Dr Julie Keeble, second from right, accepts the Podium Award
King’s College London is celebrating Olympic and Paralympic Games glory today after its Scientists in Sport programme triumphed at the first ever Podium Awards for London 2012 inspired projects.
Scientists in Sport, a joint initiative established by King’s and GlaxoSmithKline (GSK), fought off fierce competition from more than 230 nominated projects to win the gold medal in the ‘Get Set Award for Inspiring Learning’ category in front of over 350 attendees and dignitaries including London 2012 organising committee (LOCOG) CEO, Paul Deighton and Xavier Gonzalez, Chief Executive of the International Paralympic Committee.
As science will play such a crucial part in the Games, the partnership between King’s and GSK to deliver the anti-doping testing for the Games also provides a unique platform to support science education. Scientists in Sport provides an opportunity for young people across the UK to learn about the science behind the Games and open their eyes to the huge array of careers both on the track and in the lab. It encourages 11-14 year old students to take their studies further and consider pursuing career in science.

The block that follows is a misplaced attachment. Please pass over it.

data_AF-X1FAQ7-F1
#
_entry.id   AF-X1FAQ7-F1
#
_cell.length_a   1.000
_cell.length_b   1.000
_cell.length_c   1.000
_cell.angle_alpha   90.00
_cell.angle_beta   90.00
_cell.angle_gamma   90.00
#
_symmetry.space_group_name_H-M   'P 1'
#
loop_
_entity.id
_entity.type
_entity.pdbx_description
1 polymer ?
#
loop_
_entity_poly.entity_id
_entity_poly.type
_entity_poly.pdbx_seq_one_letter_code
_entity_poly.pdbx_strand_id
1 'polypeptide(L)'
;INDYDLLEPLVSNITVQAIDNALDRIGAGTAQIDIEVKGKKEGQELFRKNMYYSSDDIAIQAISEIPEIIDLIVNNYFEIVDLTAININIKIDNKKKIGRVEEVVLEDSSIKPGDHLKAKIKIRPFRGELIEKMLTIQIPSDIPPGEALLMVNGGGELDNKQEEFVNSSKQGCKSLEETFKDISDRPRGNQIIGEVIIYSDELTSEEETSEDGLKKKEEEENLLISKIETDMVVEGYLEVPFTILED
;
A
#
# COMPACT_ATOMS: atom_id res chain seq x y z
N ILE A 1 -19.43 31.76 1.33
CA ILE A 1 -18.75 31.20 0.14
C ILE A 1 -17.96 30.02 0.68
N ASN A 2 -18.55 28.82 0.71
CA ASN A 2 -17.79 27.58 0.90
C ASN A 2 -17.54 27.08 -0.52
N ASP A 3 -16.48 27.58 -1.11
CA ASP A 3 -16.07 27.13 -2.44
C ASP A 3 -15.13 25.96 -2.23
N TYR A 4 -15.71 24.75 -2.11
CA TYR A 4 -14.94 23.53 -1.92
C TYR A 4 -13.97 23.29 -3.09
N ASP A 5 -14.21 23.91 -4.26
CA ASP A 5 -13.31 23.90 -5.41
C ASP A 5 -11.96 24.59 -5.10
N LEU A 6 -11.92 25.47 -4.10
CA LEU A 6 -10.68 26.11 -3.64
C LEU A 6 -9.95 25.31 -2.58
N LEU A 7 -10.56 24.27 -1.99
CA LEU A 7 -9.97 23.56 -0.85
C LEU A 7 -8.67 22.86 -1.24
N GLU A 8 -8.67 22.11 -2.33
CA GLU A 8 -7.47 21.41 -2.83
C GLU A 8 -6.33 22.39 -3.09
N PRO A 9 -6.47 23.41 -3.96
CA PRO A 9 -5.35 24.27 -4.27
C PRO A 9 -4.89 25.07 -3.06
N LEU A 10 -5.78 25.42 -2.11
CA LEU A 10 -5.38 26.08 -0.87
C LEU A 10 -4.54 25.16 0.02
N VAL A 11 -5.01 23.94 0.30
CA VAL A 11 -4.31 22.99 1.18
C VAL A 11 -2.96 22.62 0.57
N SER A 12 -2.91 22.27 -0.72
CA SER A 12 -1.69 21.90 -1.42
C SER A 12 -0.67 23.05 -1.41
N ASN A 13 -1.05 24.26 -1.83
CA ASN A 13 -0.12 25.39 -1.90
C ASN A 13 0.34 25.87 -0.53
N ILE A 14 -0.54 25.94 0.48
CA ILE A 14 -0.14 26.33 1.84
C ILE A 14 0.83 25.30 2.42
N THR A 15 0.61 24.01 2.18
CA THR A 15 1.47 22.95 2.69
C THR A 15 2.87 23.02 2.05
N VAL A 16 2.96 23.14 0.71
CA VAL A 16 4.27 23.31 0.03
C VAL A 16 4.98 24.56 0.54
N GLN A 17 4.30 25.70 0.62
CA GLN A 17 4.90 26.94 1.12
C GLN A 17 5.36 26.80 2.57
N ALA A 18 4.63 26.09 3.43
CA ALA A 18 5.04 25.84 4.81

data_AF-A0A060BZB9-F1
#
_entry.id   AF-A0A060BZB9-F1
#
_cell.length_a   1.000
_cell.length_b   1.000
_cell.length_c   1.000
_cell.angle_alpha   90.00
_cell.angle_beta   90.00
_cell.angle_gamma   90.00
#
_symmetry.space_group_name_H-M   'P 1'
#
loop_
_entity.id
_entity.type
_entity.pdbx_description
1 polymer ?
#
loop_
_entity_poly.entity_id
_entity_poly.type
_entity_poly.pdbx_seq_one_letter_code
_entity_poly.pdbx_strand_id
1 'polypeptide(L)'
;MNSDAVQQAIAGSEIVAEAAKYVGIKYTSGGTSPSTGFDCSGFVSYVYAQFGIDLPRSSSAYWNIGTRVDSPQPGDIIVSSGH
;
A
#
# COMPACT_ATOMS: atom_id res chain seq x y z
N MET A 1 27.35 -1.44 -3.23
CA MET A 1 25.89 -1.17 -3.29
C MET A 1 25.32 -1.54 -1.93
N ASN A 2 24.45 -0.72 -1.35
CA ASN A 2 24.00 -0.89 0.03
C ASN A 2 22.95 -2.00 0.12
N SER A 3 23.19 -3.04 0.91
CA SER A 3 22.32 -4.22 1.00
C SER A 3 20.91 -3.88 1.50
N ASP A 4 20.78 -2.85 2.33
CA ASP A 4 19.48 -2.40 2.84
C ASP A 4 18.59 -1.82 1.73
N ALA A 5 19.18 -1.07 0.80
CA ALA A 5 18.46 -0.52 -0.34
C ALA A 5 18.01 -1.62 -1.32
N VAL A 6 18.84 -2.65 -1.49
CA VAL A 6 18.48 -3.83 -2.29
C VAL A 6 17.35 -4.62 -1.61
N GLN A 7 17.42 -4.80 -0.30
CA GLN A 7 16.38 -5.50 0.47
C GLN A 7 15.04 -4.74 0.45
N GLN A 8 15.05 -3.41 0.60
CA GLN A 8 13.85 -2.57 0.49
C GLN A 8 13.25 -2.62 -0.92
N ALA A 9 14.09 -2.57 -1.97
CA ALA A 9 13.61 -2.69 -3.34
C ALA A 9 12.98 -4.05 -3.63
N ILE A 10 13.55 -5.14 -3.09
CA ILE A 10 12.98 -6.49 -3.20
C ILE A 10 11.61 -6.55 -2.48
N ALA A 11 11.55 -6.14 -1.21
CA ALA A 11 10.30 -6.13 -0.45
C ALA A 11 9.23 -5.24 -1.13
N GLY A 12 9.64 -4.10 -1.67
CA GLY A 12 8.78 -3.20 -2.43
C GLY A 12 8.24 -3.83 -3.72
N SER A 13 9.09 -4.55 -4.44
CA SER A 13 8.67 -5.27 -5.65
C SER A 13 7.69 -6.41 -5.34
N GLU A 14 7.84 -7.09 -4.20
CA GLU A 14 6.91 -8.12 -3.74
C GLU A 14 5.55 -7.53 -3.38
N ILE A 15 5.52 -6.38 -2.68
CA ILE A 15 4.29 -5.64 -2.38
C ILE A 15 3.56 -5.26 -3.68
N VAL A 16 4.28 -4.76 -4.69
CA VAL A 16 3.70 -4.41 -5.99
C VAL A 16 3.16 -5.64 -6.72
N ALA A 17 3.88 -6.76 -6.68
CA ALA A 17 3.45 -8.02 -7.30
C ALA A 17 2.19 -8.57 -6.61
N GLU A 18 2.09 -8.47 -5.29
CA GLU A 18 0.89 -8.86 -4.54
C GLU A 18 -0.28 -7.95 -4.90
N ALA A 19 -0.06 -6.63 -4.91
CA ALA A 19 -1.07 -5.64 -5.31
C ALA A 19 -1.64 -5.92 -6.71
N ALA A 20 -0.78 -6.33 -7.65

Julie Keeble, Outreach Co-ordinator for the School of Biomedical Sciences at King’s, said: ‘We are delighted to be awarded the Gold Medal for the Get Set Award for Inspiring Outstanding Learning through the London 2012 Games. It is testament to all of the tremendous effort that staff and STEMNET ambassadors at King’s have put in to developing this programme with GlaxoSmithKline. The greatest legacy of this project will be to have inspired more young people into careers in science through learning about the fascinating science behind the 2012 Games.’
Paul Deighton, CEO LOCOG said: ‘Colleges and Universities have played an integral role in supporting London 2012. I congratulate King’s College London and GSK on winning a gold medal at the Podium Awards. Scientists in Sport is a tremendous example of how the power of the Games is being used to inspire people to make a real and lasting difference.’
The black tie ceremony, held in Forman’s Fish Island, overlooking the Olympic stadium, was a one-off event to celebrate UK colleges and universities contribution to the Olympic and Paralympic Games and their legacy. The projects recognised ranged from education, research and sport to culture, volunteering and international collaboration